Here’s the second graph:

govt gender makeup

The takeaway from this one is pretty obvious.

Footnotes

  1. This means I’ve excluded other parties who might have liked to be part of a government bloc but they didn’t make it into Parliament (TOP, Conservatives, Christian Coalition, Legalise Cannabis, Values, sometimes Social Credit, sometimes NZ First, etc.). I’ve also excluded parties where it’s not plausible that they might have worked together: e.g. ACT with National and NZ First this time (they wouldn’t have been needed or wanted). I dunno if it’s plausible that Social Credit might have gone with Labour in 1978 and 1981 and National in 1984 because I don’t really know anything about Social Credit, but I’ve erred on the side of “who knows—maybe”. If we removed Social Credit from the numbers, the opposition blocs would be reduced. But still, in ’78 and ’81, Labour won the popular vote but National won a majority of seats. 
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Wheat, chaff, sheep, goats (resources, votes)

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Though political scientist Bryce Edwards suggests maybe we shouldn’t vote in this year’s local body elections, I’ve never missed an opportunity to vote in any local or national election (anarchist sympathies notwithstanding).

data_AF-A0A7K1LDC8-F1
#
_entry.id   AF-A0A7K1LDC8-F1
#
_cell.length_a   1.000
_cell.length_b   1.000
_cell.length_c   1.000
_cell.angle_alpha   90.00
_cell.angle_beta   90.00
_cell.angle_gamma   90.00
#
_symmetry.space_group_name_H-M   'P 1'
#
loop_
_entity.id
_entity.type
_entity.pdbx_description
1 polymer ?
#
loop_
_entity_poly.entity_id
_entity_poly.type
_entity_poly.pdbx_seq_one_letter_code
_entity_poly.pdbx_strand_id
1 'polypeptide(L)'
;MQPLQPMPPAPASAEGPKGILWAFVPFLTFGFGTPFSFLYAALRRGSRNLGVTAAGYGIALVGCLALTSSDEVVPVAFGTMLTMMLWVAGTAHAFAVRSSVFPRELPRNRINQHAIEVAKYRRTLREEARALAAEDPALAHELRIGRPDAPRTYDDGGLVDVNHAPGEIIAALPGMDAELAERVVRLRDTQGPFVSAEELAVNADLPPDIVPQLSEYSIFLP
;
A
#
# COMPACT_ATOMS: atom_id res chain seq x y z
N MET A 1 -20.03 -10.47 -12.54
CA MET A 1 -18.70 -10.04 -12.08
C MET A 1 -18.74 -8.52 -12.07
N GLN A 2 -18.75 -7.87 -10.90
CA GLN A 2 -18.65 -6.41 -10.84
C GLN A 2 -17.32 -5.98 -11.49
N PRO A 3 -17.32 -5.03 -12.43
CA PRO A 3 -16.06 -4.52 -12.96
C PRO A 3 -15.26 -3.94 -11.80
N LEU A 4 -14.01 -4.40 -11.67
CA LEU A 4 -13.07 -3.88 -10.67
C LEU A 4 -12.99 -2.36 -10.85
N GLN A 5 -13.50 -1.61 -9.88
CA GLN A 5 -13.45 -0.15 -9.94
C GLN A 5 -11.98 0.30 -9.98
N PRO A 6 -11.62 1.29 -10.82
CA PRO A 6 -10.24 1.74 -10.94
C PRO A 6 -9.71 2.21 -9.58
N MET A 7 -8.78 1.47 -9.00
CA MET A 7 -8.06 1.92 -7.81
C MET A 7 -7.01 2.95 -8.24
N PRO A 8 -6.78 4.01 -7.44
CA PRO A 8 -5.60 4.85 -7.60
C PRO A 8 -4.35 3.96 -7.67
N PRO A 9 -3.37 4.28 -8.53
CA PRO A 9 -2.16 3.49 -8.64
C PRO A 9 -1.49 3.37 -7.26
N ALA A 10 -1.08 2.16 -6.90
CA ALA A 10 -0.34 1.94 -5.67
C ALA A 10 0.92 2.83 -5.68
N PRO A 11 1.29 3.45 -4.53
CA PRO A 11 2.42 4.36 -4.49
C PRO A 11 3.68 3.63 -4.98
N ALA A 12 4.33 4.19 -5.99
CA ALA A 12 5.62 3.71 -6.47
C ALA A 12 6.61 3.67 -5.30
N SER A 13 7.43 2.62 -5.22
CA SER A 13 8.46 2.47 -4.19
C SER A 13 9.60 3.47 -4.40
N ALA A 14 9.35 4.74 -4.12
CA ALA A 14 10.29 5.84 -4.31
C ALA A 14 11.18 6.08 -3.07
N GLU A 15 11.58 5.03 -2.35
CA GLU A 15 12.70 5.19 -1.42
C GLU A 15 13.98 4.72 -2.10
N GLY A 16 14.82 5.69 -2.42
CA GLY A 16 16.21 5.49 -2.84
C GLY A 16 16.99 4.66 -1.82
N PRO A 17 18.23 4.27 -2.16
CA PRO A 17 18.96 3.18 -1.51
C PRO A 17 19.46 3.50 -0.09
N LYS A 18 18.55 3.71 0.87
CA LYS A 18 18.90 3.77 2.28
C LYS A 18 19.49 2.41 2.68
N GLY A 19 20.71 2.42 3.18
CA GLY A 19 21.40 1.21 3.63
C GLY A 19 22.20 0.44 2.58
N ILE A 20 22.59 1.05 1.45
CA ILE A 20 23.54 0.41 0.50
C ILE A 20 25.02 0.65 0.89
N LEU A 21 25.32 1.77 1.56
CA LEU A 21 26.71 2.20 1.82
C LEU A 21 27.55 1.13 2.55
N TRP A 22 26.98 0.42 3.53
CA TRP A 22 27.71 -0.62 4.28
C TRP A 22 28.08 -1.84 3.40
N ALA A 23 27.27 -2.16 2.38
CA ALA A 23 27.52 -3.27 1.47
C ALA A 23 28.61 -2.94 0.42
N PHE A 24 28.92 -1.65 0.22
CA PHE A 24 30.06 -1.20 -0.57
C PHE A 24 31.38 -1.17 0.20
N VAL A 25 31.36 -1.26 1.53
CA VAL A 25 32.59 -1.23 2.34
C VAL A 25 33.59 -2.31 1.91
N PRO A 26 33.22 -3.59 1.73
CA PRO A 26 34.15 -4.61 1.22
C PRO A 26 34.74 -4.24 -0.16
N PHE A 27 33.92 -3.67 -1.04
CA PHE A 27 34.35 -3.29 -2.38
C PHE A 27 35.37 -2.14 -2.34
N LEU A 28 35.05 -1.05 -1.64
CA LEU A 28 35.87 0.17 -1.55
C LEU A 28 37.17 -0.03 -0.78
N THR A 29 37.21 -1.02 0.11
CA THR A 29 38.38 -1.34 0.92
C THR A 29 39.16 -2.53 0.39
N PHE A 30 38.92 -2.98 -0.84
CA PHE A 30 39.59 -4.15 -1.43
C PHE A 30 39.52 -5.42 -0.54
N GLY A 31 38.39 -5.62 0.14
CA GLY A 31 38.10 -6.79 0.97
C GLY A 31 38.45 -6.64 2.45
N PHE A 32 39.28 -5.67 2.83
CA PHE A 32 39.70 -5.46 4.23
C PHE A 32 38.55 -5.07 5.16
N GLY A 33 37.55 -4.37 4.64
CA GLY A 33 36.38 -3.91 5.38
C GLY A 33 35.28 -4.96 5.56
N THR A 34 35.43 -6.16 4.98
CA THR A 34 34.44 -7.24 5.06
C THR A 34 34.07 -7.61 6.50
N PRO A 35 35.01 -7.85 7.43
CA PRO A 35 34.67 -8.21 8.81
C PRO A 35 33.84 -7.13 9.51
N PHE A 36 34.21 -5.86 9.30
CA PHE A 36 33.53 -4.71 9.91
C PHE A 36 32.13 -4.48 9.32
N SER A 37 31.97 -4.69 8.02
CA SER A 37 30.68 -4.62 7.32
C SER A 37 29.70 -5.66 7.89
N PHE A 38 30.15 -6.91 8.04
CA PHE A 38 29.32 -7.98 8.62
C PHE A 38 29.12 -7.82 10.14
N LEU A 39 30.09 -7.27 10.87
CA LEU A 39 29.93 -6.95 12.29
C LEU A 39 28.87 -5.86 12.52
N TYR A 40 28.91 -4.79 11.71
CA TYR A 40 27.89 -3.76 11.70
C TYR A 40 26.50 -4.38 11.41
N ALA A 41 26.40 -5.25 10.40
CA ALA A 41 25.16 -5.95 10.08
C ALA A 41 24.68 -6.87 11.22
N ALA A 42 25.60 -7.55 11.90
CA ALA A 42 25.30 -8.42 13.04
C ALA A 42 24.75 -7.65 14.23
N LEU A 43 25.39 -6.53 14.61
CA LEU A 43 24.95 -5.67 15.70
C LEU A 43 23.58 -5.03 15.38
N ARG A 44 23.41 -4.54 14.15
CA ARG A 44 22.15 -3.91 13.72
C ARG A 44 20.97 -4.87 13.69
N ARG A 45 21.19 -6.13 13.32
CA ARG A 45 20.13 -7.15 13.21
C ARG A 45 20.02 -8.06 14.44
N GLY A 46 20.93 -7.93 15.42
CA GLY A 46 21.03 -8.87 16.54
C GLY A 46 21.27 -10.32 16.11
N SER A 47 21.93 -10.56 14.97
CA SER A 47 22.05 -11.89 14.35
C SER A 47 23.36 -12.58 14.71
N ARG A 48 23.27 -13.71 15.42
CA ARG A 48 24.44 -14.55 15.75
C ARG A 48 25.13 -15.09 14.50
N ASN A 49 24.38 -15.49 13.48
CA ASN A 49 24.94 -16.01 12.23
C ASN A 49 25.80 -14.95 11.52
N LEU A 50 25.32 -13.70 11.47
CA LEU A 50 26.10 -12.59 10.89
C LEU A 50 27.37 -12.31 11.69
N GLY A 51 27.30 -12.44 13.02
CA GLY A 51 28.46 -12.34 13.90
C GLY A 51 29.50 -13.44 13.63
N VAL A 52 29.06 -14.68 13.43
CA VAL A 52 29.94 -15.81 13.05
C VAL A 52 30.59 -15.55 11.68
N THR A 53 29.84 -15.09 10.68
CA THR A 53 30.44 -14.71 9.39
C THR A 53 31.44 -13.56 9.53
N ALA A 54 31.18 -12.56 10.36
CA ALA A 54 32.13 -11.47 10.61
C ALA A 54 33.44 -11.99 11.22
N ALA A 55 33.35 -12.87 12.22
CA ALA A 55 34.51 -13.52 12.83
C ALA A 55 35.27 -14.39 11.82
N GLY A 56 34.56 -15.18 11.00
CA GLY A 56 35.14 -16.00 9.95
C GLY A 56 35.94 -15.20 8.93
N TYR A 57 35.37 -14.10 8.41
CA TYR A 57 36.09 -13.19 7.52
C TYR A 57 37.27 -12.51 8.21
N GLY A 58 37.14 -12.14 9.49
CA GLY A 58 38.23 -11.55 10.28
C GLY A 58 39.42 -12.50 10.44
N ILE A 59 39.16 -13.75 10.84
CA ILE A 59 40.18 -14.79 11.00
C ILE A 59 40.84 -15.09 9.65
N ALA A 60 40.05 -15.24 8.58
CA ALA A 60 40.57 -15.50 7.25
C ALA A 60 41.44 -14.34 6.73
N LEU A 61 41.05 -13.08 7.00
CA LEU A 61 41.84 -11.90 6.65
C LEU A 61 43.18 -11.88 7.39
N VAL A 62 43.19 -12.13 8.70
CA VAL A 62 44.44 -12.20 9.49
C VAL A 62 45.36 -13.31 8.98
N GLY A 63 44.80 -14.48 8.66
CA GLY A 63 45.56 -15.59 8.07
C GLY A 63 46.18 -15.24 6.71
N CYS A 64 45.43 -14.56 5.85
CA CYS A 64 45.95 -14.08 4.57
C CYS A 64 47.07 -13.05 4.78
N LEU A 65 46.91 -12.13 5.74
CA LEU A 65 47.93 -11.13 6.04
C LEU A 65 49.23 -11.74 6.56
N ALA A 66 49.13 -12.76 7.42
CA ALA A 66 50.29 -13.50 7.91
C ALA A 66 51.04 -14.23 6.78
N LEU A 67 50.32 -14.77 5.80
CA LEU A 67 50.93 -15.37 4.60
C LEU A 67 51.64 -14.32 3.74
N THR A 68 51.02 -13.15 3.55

This year’s elections in Chch are more important than most… we get to vote for a new mayor, mostly-new city councillors, community board representatives, district health board representatives and Environment Canterbury councillors.

Here’s how I’m voting this time, and – more likely to be useful for you – the resources I used to make my decisions.

I won’t fill out my form and post it until the last minute (Wednesday), so I’m open to changing my mind, and I’m keen to hear about any other useful resources you know about.
 

Resources

My votes

Mayor (pick one or none)
Lianne Dalziel

Councillors – Fendalton-Waimari ward (pick up to 2)
Raf Manji
Faimeh Burke

Community Board members – Fendalton-Waimari ward (pick up to 5)
Faimeh Burke
Sally Buck
Ahi Allen

Canterbury District Health Board members (rank as many/few as you like, up to 26) (Updated 9/10/2013)
7 are elected but your votes are almost guaranteed to be transferred further down your list, so it’s worth ranking at least 12 if you can bring yourself to do so. I’ve ranked 25 to give my votes the maximum chance of contributing to anyone but Keown (see below).

  1. Paul McMahon (preventive health, mentions health inequalities, highlights wider causes of (un)health, community development/youth health experience, supports living wage for all, supports free public dental care in theory, part of the Anabaptist network, People’s Choice)
  2. Heather Symes (health practitioner, focus on vulnerable people, sympathetic to public dental care, supports living wage for all health workers and lower CEO salaries, signed Nurses Organisation pledge, People’s Choice)
  3. Oscar Alpers (focus on vulnerable people, public health not health insurance, People’s Choice)